To our Veterans, peace on this Veterans Day.
To everyone… Rev David Morris will be exchanging pulpits with me this weekend. I will be away, and he will be at UCN from the Outer Banks. See you at the Dance on the 18th or, the family-friendly Cornbread Bake on Saturday Night the 19th. It is good to come together as a community… let us be with each other!
Four years ago, almost exactly, I was reading an article on the election. A reporter, perhaps realizing that they had not filed enough good stories during the Obama-Romney campaign, sat with and followed a group of young, energetic Romney volunteers, stuck in the Denver airport. They were on their way home on election night, and planes were delayed. They held a prayer vigil asking for a miracle… as the results came in from the east coast. Soon they learned that Romney could not win. Their effort had been for nothing. God had not answered their prayers. How could this be?
The story stuck by me because I wanted to be so happy for these volunteers… they had put their whole heart and soul into the work. They believed, trusted and walked the walk as well. And I knew that on that night Americans would divide themselves into winners and losers. The winners would hope that their wishes would now be realized, and the losers would grieve.
A couple of weeks ago my column listed some books on grief, and you might want look that up. They, like the article, illustrate emotions and reactions. In seminary I learned about research in understanding grief, including Elisabeth Kübler-Ross’s model from her work as a psychiatrist treating terminally ill patients. The model, first published in 1969, listed five stages of grief: Denial, Anger, Bargaining, Depression and Acceptance. The work had a narrow focus, training doctors to understand patients who were dying.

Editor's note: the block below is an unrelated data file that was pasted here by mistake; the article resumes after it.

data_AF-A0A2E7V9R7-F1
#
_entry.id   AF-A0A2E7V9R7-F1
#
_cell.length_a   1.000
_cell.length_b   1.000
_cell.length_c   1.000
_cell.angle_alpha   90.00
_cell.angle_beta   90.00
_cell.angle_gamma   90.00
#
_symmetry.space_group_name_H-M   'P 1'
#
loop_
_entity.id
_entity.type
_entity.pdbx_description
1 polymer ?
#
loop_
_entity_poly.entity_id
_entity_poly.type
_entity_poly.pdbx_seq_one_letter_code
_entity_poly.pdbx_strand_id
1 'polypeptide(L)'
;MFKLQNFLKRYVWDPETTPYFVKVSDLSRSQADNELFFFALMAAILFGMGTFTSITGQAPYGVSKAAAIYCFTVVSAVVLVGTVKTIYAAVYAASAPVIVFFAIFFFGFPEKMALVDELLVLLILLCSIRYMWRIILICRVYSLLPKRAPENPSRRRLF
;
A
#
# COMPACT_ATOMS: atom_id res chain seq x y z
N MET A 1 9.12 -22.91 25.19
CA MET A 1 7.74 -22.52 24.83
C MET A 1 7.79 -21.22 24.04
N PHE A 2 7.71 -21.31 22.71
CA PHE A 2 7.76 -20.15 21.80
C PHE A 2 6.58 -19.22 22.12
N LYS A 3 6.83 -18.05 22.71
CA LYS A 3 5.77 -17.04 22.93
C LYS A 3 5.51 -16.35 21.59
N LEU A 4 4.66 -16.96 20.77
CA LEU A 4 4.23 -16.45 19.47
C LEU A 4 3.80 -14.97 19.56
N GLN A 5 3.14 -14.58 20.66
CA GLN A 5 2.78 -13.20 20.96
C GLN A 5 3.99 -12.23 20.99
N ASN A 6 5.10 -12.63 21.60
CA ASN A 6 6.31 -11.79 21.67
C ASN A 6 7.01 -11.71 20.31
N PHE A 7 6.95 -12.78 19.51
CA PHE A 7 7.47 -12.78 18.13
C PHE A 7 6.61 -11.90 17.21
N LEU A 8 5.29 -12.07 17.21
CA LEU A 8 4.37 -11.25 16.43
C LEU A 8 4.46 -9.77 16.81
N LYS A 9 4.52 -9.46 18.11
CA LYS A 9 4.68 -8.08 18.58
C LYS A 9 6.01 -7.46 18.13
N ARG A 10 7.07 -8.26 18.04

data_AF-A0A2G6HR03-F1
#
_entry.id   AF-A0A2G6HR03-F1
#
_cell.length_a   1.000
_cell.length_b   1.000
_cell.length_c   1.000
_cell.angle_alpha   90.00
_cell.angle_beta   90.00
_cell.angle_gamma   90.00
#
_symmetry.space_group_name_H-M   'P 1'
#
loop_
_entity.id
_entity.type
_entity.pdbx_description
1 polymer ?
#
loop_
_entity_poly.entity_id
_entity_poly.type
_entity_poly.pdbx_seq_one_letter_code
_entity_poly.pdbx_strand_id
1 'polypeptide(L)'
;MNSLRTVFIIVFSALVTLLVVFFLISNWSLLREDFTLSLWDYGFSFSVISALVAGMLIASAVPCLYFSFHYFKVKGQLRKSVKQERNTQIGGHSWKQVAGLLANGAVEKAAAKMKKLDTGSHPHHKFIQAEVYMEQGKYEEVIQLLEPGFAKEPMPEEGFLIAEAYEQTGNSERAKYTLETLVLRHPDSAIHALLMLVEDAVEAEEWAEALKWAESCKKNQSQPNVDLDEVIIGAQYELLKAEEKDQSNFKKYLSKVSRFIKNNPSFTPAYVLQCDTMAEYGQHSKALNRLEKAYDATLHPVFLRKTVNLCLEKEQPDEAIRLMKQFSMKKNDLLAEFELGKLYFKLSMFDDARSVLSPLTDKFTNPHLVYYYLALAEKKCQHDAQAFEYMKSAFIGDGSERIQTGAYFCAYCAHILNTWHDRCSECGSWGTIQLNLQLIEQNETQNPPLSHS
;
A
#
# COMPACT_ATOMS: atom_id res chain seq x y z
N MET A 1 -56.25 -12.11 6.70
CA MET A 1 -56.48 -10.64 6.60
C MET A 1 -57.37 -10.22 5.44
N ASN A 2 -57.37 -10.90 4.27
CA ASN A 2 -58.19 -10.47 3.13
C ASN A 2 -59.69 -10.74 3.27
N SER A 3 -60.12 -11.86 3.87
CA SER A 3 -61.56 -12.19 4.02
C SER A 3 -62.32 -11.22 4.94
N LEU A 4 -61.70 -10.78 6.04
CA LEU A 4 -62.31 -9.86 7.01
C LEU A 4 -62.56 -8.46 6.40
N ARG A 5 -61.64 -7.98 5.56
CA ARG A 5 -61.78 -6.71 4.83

The work was later applied to many different situations, without much research or verification. It was applied to other cultures, to families of those dying, to survivors of tragedy and to populations as a group. Of course, then it wasn’t a research result, it was a speculation, or perhaps a rubric to guide possible understanding. Further research has shown the limitations of the model, but it is still a useful way to think about grief.
Each of the young volunteers in Denver had their own feelings and emotions, and we only know what the reporter wrote about them. So we cannot know if something like Kübler-Ross’s model applied to them. This year some of us are personally in post-election grief, though we are not subjects of a newspaper article or psychological study (at least, I am not.) Perhaps the stages of grief can help us understand our own reactions?
Denial – Did you flip channels to see if somehow one network got it wrong? I woke at 7 AM, and turned on the TV… maybe the result would be different?
Anger – Did you cut anyone off in traffic, or insult, or yell? I find that swimming or kneading bread is a good way to express anger. Be ready for other’s anger, and be ready for your own angry outbursts.
Bargaining – In this stage anger has faded, what slim chance do we have for a partial victory?
Depression – Is withdrawing from all effort to live before dying.
Acceptance – It is hard to say what this stage is like, but “you know it when you get there”
As Unitarian Universalists we are called to honor the whole person, head and heart and body and soul, whatever the emotional state. Sometimes caring for each other is done by showing up, by being together, by checking in. Let’s practice our faith.
Thanks to all who came to Wednesday’s Contemplative Service. May we hear the grief and honor it. You are in good hands this Sunday, with David Morris. If you would like to talk, our Caring Team and Lay Pastoral Associates are available while I am gone. Or make an appointment for when I return.
P.S. Sunday November 20 is Transgender Day of Remembrance, an international observation often called “TDOR”. This year Hampton Roads will hold an event at the Hampton Roads Convention Center in Hampton 2PM to 6PM. It is a perfect time to listen to the Trans community and hear of their experiences.
If you go, consider wearing your “Standing on the Side of Love” T-shirt. We do not know what is in the future for the Transgender community, can we stand with them? John Olin Adams will be going, and perhaps UCN folks can meet at the event.
I love you,